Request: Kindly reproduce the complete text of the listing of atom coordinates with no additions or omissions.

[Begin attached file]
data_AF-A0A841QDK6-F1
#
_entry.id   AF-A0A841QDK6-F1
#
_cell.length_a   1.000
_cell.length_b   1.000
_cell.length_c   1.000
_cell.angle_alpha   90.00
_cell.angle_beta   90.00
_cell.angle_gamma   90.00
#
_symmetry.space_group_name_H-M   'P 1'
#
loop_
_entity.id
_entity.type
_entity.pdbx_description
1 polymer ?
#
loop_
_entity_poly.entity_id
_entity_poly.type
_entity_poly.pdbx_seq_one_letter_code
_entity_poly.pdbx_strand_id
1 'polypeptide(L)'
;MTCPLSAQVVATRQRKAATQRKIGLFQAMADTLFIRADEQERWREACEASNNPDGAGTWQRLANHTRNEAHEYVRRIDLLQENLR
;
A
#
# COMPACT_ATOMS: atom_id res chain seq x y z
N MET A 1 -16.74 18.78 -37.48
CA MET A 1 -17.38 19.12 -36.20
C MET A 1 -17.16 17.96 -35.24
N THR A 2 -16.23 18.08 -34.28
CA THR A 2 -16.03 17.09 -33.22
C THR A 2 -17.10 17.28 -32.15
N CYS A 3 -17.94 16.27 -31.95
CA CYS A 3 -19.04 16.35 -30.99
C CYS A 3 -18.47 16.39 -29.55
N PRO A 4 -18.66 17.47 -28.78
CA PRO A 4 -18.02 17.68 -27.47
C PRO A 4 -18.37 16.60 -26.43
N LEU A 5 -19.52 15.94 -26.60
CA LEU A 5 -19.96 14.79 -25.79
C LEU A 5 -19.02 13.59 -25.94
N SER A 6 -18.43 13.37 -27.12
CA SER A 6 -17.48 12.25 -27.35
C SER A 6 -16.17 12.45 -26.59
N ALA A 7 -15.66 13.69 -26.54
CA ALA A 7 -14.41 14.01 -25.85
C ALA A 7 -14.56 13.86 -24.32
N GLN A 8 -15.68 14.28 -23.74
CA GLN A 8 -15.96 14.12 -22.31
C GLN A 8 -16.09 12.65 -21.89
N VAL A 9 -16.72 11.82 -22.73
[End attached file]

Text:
data_AF-A0A841QDK6-F1
#
_entry.id   AF-A0A841QDK6-F1
#
_cell.length_a   1.000
_cell.length_b   1.000
_cell.length_c   1.000
_cell.angle_alpha   90.00
_cell.angle_beta   90.00
_cell.angle_gamma   90.00
#
_symmetry.space_group_name_H-M   'P 1'
#
loop_
_entity.id
_entity.type
_entity.pdbx_description
1 polymer ?
#
loop_
_entity_poly.entity_id
_entity_poly.type
_entity_poly.pdbx_seq_one_letter_code
_entity_poly.pdbx_strand_id
1 'polypeptide(L)'
;MTCPLSAQVVATRQRKAATQRKIGLFQAMADTLFIRADEQERWREACEASNNPDGAGTWQRLANHTRNEAHEYVRRIDLLQENLR
;
A
#
# COMPACT_ATOMS: atom_id res chain seq x y z
N MET A 1 -16.74 18.78 -37.48
CA MET A 1 -17.38 19.12 -36.20
C MET A 1 -17.16 17.96 -35.24
N THR A 2 -16.23 18.08 -34.28
CA THR A 2 -16.03 17.09 -33.22
C THR A 2 -17.10 17.28 -32.15
N CYS A 3 -17.94 16.27 -31.95
CA CYS A 3 -19.04 16.35 -30.99
C CYS A 3 -18.47 16.39 -29.55
N PRO A 4 -18.66 17.47 -28.78
CA PRO A 4 -18.02 17.68 -27.47
C PRO A 4 -18.37 16.60 -26.43
N LEU A 5 -19.52 15.94 -26.60
CA LEU A 5 -19.96 14.79 -25.79
C LEU A 5 -19.02 13.59 -25.94
N SER A 6 -18.43 13.37 -27.12
CA SER A 6 -17.48 12.25 -27.35
C SER A 6 -16.17 12.45 -26.59
N ALA A 7 -15.66 13.69 -26.54
CA ALA A 7 -14.41 14.01 -25.85
C ALA A 7 -14.56 13.86 -24.32
N GLN A 8 -15.68 14.28 -23.74
CA GLN A 8 -15.96 14.12 -22.31
C GLN A 8 -16.09 12.65 -21.89
N VAL A 9 -16.72 11.82 -22.73